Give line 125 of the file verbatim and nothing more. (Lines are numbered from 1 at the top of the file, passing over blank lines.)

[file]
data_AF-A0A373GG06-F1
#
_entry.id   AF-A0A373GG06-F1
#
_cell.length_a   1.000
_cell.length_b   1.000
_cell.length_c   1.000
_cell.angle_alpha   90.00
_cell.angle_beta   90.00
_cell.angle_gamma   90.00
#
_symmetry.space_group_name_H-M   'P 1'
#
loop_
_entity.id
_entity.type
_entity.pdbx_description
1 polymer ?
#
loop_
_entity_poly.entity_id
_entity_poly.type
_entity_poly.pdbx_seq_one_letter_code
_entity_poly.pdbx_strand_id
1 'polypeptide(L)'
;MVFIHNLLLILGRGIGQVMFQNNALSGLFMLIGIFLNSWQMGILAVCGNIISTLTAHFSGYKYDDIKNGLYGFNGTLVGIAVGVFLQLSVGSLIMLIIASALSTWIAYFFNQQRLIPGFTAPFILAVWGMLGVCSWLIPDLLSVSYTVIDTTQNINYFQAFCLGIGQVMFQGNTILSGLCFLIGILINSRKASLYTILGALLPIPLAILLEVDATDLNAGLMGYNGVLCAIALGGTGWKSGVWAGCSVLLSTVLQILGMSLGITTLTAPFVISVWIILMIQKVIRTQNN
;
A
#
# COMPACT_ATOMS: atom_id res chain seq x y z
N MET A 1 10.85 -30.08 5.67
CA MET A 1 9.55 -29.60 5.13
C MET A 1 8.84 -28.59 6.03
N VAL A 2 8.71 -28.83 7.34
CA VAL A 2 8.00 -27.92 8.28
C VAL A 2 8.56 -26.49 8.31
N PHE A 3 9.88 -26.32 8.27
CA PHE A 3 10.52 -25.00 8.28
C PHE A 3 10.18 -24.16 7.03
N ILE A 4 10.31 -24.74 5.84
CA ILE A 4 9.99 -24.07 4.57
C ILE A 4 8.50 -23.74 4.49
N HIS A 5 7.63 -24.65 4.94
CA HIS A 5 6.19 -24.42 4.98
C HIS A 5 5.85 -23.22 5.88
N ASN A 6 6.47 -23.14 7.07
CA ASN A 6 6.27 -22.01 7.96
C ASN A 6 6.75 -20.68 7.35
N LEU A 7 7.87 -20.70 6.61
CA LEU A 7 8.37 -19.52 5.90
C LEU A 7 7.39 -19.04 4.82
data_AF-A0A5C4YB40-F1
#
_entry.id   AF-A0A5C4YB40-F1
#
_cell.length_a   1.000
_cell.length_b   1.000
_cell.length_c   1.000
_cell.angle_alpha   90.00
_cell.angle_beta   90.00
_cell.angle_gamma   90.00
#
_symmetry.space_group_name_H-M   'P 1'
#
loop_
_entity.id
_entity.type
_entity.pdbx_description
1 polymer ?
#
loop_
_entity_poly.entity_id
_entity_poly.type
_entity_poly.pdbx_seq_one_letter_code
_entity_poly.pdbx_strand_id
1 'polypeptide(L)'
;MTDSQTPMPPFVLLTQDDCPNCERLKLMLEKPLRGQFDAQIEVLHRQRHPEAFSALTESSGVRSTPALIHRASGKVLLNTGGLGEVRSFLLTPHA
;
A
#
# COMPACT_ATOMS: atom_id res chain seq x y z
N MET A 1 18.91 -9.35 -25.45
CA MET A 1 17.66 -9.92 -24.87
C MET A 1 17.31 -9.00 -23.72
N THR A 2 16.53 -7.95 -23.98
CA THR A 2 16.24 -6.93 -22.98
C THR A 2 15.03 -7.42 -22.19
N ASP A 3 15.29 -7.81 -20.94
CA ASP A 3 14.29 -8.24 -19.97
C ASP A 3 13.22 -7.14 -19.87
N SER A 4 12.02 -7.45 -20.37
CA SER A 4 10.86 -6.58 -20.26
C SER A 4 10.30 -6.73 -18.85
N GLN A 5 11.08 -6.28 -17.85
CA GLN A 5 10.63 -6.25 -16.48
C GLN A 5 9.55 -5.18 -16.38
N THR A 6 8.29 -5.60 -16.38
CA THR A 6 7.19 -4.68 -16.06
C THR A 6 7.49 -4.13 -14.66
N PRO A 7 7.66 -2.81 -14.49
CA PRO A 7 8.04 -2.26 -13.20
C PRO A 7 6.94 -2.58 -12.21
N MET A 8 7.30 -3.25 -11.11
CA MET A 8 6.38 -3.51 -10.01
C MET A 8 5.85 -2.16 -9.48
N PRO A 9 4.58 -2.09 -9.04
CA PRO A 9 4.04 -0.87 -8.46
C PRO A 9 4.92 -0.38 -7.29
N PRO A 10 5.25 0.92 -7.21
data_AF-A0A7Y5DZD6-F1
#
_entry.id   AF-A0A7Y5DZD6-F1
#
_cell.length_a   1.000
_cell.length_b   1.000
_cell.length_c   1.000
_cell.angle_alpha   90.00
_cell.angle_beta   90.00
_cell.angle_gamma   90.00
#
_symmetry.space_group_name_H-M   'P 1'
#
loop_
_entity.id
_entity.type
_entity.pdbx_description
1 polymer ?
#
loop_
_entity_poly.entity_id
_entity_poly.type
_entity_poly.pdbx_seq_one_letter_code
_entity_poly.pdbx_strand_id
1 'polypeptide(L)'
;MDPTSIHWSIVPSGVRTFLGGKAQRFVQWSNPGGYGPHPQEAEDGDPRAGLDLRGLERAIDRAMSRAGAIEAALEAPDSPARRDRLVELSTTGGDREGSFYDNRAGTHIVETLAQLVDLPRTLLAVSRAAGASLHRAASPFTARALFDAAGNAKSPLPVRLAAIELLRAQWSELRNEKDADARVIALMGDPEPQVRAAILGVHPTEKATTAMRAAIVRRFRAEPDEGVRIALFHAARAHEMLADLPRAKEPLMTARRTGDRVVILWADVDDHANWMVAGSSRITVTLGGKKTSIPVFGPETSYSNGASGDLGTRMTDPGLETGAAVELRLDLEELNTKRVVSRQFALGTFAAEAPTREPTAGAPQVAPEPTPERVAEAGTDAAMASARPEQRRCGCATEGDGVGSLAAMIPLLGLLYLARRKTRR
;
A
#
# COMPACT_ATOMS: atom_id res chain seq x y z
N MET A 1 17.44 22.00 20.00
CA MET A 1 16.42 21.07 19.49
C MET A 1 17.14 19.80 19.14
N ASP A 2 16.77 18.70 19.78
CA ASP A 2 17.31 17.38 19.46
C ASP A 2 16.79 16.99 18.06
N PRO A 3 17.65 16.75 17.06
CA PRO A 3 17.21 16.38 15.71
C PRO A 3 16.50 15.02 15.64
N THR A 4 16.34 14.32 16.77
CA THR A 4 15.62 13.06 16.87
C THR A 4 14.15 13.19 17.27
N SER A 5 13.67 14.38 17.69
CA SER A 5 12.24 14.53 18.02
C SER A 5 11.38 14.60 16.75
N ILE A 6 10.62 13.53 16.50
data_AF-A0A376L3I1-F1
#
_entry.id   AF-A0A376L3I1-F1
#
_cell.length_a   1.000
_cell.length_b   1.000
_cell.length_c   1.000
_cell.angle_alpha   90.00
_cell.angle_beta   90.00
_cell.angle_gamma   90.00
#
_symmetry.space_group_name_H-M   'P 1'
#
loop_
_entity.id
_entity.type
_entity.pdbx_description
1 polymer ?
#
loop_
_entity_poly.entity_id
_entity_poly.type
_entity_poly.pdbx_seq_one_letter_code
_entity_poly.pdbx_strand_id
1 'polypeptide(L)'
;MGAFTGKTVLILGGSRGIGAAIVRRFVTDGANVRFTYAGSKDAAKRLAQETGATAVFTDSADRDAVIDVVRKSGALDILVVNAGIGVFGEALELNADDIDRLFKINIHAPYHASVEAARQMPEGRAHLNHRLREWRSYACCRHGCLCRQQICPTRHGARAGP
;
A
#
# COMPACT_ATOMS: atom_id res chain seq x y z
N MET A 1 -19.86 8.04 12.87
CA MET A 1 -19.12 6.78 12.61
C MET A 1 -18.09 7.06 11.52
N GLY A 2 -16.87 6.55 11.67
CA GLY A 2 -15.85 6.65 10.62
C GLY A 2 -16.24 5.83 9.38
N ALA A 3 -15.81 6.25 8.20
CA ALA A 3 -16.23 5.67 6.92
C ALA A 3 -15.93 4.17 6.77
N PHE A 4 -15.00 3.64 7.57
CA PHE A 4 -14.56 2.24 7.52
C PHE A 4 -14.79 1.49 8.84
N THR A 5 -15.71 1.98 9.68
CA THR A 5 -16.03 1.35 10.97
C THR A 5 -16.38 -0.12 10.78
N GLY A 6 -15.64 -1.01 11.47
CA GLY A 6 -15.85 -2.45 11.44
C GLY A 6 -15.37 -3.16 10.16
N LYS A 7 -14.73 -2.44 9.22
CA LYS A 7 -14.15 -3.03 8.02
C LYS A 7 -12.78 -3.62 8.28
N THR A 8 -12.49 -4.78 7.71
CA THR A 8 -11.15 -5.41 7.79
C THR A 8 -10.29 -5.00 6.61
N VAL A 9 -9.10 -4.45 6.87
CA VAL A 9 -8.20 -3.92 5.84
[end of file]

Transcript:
_entity.type